Coronado Tent City, California 1900-1939, started out as tents on the beach, from this 1909 postcard. Then the tents were given thatched roofs, then by the 1920s half walls, a trolley, a fire department and a police force. There was a fun fair, concerts, a promenade and a pavilion; the tents had beds and chairs, there were cooking tents, one could rent a palm tent in 1919 for $1 a day, $15 a month. The half-walled tents were called cottages, they were $23 a week.
Tents are portable, temporary, lightweight buildings, yes, but they are also vulnerable: to weather, to light and dark, to tearing, to wind. This community of holiday tents is so different from a campground where one's tent is pitched between RVs with flat screens and the 24-hour hum of AC units. And so different from a motel, those maximum security cells with permanently locked windows.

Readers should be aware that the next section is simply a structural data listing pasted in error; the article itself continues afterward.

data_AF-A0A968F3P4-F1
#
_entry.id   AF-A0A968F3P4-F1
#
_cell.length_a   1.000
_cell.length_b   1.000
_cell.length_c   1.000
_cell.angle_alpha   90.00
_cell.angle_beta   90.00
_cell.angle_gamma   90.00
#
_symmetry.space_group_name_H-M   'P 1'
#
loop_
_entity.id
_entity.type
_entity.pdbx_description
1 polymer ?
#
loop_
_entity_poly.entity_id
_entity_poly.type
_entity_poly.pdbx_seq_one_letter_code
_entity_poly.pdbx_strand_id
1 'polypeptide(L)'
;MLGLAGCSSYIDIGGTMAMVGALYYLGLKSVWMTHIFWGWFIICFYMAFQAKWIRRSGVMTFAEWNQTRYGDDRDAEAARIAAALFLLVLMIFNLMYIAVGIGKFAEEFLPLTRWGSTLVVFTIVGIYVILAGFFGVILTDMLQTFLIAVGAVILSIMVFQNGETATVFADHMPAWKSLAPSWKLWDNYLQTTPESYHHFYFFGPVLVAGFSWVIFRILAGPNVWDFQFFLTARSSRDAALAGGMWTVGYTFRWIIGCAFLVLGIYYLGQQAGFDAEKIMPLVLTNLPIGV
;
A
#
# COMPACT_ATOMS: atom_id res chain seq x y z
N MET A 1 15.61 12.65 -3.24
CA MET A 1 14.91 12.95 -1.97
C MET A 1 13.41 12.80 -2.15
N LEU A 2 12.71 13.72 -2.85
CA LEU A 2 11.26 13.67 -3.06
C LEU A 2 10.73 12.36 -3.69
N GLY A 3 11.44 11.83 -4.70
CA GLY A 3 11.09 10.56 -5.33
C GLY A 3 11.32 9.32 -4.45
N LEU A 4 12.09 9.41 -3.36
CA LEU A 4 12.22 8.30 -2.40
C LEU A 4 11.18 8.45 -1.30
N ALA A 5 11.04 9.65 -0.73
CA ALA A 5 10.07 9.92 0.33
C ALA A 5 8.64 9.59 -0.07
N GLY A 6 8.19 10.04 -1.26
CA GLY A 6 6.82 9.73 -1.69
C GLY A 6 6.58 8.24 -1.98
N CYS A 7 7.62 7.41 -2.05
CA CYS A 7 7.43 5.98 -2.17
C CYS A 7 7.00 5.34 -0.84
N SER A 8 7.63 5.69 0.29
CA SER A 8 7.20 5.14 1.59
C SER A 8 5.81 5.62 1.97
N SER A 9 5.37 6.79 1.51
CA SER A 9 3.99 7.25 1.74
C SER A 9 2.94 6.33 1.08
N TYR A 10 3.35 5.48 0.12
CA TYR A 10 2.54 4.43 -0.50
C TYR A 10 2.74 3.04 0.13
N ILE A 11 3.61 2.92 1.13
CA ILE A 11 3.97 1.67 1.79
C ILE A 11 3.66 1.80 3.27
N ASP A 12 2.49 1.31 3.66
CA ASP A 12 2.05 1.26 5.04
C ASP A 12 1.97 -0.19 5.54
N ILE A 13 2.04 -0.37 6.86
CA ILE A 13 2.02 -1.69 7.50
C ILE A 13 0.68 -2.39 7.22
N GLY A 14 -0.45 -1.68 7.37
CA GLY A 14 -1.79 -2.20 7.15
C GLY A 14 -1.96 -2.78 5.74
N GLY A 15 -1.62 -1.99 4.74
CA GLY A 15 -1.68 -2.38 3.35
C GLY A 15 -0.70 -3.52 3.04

Of course there was crime in America in the 1910s and 20s, there were gangs, there were drugs, gambling, prostitution, murders and all the rest, but somehow, like the shift in warfare from entirely military casualties to now mostly civilian collateral damage, Tent City must have been somehow protected by its innocence. It was not part of an equation of drugs and gang violence which took place in some other battlefield where no one was playing on the beach in their bathing suits.
It seems civilised, this partition between civilians and violence, both in war and everyday life. Not sure it exists anymore.